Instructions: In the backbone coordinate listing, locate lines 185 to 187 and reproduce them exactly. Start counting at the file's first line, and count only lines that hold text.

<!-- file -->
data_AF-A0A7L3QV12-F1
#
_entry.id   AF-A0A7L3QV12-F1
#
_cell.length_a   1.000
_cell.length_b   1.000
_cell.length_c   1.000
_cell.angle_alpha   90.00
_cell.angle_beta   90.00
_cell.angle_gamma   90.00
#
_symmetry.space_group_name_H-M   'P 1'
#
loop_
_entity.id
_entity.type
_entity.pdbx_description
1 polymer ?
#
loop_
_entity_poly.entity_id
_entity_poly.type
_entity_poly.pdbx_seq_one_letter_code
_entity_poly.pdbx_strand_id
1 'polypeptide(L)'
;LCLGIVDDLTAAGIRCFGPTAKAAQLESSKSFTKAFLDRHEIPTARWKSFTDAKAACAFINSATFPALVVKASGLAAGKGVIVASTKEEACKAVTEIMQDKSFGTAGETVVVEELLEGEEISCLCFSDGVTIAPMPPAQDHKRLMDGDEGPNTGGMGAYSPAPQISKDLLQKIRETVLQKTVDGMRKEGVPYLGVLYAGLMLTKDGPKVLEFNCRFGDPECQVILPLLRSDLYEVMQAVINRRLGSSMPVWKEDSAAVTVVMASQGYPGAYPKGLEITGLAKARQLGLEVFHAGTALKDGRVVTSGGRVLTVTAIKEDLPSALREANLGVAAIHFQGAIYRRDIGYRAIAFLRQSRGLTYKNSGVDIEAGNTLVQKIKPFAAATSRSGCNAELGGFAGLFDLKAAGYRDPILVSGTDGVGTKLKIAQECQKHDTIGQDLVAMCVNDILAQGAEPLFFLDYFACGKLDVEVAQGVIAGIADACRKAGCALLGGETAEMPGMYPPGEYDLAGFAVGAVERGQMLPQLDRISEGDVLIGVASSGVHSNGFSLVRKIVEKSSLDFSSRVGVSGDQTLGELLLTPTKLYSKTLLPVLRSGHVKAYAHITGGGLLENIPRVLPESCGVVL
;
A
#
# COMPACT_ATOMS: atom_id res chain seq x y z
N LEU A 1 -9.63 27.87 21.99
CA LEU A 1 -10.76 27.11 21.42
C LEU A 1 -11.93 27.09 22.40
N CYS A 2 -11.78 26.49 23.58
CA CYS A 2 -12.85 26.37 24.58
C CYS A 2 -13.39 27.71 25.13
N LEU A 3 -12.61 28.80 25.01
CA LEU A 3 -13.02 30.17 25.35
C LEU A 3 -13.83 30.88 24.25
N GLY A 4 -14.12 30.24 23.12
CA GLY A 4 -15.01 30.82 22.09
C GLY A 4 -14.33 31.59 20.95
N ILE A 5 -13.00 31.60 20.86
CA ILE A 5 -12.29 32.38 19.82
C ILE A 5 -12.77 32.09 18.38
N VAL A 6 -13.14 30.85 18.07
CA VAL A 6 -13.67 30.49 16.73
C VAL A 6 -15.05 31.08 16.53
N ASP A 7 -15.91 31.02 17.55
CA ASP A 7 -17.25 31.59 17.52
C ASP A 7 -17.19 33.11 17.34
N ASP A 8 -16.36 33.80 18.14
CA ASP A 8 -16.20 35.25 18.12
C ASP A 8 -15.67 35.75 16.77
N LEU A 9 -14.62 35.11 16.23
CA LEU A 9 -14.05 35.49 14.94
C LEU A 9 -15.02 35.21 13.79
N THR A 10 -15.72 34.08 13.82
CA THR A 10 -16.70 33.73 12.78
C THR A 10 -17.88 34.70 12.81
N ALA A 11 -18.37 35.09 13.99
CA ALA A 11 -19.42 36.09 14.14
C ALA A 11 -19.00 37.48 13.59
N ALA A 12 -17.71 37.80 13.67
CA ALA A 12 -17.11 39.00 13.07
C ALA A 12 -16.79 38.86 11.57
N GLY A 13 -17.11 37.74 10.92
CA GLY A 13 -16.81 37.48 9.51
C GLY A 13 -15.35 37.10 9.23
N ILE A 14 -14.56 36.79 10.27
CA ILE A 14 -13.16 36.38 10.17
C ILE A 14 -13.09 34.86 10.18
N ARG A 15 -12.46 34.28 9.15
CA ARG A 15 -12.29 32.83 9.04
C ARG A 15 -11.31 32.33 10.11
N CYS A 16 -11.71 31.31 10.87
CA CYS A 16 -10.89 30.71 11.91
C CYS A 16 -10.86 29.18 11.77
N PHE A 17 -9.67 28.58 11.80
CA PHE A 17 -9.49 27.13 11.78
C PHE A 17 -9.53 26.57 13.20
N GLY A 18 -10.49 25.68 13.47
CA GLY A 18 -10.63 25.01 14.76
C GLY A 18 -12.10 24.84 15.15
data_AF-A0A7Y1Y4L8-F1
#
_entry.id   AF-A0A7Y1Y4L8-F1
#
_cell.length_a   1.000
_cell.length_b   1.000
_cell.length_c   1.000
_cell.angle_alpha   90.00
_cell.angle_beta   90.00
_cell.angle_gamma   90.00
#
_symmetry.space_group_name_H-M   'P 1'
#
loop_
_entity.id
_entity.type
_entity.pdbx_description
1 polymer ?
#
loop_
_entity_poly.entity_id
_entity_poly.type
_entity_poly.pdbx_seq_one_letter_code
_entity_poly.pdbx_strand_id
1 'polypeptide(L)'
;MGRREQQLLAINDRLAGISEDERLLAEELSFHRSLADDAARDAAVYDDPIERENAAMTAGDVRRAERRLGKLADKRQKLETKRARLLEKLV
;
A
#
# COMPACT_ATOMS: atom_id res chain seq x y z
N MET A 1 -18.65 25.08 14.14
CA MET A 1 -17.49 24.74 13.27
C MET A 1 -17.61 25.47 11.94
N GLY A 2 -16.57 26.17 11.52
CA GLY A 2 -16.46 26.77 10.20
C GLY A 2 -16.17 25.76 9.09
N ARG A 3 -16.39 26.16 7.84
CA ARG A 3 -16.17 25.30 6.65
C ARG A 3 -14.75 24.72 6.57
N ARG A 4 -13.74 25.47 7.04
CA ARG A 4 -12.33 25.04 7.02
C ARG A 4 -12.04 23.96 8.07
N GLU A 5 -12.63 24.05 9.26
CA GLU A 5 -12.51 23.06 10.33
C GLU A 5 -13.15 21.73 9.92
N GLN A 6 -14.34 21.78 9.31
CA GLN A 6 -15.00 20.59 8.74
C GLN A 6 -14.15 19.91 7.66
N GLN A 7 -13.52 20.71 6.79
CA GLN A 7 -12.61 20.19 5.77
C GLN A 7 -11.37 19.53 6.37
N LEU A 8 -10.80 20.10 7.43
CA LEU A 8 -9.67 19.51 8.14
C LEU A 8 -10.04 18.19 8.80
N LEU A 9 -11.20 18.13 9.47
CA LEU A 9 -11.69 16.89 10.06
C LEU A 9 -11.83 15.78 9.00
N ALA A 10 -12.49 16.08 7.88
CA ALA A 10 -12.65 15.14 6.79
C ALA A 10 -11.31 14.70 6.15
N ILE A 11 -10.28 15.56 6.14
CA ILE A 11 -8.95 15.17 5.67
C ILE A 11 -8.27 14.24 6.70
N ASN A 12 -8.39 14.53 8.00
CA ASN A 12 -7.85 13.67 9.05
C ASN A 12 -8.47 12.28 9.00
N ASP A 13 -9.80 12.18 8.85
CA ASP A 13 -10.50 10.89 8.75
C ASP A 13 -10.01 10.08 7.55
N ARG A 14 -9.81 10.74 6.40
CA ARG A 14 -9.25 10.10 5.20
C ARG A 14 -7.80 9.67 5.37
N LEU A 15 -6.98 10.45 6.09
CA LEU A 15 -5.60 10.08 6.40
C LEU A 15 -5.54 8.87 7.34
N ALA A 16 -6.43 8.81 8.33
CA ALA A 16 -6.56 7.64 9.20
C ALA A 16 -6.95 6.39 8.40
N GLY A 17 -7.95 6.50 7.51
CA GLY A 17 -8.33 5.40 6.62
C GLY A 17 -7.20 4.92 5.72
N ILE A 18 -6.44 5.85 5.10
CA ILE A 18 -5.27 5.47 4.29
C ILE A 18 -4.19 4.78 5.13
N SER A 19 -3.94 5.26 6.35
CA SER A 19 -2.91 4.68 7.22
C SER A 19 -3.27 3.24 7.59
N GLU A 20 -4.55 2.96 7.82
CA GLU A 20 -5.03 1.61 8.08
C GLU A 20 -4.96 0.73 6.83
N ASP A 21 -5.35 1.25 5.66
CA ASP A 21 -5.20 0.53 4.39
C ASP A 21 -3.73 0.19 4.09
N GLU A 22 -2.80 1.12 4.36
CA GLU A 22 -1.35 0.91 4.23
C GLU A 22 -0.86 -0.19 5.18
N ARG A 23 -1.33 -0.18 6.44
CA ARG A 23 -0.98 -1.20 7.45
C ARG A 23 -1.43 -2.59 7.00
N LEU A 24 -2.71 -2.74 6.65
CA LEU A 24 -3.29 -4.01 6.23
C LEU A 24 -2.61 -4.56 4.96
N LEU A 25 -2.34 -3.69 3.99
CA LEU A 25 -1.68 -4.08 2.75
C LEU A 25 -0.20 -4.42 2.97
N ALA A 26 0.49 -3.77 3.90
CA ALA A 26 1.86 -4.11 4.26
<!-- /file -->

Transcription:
CA LEU A 24 -3.29 -4.01 6.23
C LEU A 24 -2.61 -4.56 4.96
N LEU A 25 -2.34 -3.69 3.99